A particularly notable example of this is the Scott topology for partially ordered sets, in which the Sierpiński space becomes the classifying space for open sets when the characteristic function preserves directed joins.[5]

Categorical description[edit]

The above construction can be described nicely using the language of category theory. There is a contravariant functor from the category of topological spaces to the category of sets which assigns each topological space its set of open sets and each continuous function the preimage map The statement then becomes: the functor is represented by where is the Sierpiński space. That is, is naturally isomorphic to the Hom functor with the natural isomorphism determined by the universal element This is generalized by the notion of a presheaf.[6]

The initial topology[edit]

Any topological space X has the initial topology induced by the family of continuous functions to Sierpiński space. Indeed, in order to coarsen the topology on X one must remove open sets. But removing the open set U would render discontinuous. So X has the coarsest topology for which each function in is continuous.

The family of functions separates points in X if and only if X is a T0 space. Two points and will be separated by the function if and only if the open set U contains precisely one of the two points. This is exactly what it means for and to be topologically distinguishable.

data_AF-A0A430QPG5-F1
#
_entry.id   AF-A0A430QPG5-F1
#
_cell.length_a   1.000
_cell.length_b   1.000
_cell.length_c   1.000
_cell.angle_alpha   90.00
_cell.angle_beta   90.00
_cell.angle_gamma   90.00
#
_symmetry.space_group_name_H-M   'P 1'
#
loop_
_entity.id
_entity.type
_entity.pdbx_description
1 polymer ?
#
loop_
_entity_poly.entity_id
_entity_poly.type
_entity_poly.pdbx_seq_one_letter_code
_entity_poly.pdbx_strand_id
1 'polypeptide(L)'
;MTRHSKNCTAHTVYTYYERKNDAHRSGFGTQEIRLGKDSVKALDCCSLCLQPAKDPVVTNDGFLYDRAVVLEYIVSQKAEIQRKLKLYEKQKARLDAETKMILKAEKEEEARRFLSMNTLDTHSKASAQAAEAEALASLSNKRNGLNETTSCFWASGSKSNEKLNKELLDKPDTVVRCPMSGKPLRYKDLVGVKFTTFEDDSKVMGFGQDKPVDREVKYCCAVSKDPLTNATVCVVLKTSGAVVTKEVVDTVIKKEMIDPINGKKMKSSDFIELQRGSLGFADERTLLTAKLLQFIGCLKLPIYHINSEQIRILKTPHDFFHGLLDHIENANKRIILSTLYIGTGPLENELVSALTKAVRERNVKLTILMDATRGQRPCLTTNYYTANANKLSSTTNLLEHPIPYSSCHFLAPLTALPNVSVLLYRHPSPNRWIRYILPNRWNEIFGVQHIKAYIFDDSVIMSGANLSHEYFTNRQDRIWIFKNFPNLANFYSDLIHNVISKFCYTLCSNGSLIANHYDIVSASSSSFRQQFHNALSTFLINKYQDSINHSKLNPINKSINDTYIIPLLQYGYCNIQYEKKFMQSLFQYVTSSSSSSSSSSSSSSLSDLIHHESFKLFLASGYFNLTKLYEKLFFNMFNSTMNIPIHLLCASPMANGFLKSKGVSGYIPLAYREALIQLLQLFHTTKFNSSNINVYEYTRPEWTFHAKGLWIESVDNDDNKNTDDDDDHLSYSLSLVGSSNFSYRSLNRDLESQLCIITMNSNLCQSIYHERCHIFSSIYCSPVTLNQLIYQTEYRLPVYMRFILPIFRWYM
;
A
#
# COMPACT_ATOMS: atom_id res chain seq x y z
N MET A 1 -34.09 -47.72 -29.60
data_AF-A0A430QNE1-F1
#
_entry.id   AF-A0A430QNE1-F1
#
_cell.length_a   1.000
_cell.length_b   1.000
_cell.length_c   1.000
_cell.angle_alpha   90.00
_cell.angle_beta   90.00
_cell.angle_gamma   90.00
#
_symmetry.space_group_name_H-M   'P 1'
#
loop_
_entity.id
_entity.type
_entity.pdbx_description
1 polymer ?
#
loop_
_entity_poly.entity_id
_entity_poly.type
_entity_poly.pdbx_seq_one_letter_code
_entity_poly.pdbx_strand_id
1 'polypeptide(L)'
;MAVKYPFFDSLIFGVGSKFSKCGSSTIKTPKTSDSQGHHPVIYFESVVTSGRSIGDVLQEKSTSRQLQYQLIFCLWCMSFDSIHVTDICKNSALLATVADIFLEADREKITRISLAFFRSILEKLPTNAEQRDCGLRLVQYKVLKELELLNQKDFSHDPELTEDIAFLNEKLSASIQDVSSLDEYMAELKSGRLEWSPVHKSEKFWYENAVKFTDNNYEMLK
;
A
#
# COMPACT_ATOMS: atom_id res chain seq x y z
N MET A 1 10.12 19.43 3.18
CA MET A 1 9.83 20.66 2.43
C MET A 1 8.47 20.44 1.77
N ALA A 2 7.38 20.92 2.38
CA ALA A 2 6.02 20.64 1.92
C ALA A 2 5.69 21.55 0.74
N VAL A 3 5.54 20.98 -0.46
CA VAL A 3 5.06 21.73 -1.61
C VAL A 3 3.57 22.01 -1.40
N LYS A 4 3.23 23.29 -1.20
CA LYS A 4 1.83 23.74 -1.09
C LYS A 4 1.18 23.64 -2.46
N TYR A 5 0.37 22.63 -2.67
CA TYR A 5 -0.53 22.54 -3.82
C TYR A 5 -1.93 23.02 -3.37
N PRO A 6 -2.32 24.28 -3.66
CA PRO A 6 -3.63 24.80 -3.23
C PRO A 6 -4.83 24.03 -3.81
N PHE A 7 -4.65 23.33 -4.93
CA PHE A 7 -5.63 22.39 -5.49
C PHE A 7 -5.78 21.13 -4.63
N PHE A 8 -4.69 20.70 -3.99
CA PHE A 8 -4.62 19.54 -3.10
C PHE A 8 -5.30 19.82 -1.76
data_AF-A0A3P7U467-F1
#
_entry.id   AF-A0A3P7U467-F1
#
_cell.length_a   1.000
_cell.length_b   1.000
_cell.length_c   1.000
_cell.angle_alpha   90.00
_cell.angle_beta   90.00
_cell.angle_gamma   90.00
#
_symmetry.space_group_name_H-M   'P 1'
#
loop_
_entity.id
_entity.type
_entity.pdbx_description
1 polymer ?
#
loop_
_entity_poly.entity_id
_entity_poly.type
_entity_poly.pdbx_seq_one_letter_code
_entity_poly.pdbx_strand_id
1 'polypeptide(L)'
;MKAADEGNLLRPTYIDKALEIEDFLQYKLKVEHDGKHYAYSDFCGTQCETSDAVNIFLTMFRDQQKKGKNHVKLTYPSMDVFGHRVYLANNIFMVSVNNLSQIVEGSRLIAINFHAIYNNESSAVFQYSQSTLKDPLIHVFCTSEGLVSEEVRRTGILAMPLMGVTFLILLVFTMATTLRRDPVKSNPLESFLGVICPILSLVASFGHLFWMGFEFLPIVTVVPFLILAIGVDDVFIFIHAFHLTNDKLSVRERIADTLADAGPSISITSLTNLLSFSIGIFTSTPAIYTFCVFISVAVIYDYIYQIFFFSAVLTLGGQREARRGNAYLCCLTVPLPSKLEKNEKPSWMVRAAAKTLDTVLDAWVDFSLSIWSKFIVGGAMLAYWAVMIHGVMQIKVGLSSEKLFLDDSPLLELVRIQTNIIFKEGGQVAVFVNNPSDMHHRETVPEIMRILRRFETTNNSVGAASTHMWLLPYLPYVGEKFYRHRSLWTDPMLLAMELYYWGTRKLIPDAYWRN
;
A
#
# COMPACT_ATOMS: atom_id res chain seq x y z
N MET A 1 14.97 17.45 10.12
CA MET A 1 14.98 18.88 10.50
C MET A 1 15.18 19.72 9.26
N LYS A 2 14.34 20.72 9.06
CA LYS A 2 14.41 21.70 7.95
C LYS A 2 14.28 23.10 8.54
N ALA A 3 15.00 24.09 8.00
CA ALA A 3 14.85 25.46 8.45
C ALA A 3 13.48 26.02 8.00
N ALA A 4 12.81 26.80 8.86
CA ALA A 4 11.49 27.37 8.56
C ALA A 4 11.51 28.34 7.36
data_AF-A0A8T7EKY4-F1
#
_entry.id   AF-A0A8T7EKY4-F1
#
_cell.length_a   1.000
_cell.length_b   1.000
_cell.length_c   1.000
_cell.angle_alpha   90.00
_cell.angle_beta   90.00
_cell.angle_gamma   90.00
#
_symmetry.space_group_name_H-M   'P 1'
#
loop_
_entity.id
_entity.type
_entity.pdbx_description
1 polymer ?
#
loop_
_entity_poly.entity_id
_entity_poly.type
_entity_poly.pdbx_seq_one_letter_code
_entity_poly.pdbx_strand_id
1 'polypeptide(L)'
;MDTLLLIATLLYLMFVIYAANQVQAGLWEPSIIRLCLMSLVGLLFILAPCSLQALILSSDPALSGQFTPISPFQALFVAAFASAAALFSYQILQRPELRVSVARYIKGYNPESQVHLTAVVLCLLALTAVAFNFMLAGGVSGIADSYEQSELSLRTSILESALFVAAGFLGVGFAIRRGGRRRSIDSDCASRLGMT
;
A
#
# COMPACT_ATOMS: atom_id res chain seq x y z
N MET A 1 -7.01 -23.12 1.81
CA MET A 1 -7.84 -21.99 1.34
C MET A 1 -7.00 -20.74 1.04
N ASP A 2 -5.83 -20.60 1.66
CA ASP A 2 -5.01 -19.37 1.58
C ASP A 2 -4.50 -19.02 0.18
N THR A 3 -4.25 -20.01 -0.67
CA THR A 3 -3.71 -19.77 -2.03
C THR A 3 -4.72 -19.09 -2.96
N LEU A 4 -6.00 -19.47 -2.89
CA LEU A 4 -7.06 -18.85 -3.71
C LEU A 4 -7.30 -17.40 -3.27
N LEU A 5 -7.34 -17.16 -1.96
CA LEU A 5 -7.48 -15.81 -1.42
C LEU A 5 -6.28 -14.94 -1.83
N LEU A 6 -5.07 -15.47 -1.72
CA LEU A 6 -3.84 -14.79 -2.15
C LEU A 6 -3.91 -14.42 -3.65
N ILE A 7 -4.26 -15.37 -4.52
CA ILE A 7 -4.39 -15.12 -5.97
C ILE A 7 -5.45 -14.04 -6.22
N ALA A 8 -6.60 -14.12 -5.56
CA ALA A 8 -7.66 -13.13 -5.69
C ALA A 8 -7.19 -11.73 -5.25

Therefore, if X is T0, we can embed X as a subspace of a product of Sierpiński spaces, where there is one copy of S for each open set U in X. The embedding map is given by Since subspaces and products of T0 spaces are T0, it follows that a topological space is T0 if and only if it is homeomorphic to a subspace of a power of S.

In algebraic geometry[edit]

In algebraic geometry the Sierpiński space arises as the spectrum of a discrete valuation ring such as (the localization of the integers at the prime ideal generated by the prime number ). The generic point of coming from the zero ideal, corresponds to the open point 1, while the special point of coming from the unique maximal ideal, corresponds to the closed point 0.

See also[edit]

  • Finite topological space – topological space with a finite number of points
  • Freyd cover, a categorical construction related to the Sierpiński space
  • List of topologies – List of concrete topologies and topological spaces
  • Pseudocircle – Four-point non-Hausdorff topological space


  1. ^ Sierpinski space at the nLab
  2. ^ An online paper, it explains the motivation, why the notion of “topology” can be applied in the investigation of concepts of the computer science. Alex Simpson: Mathematical Structures for Semantics (original). Chapter III: Topological Spaces from a Computational Perspective (original). The “References” section provides many online materials on domain theory.
  3. ^ Escardó, Martín (2004). Synthetic topology of data types and classical spaces. Electronic Notes in Theoretical Computer Science. Vol. 87. Elsevier. p. 2004. CiteSeerX
  4. ^ Steen and Seebach incorrectly list the Sierpiński space as not being fully normal (or fully T4 in their terminology).
  5. ^ Scott topology at the nLab
  6. ^ Saunders MacLane, Ieke Moerdijk, Sheaves in Geometry and Logic: A First Introduction to Topos Theory, (1992) Springer-Verlag Universitext ISBN 978-0387977102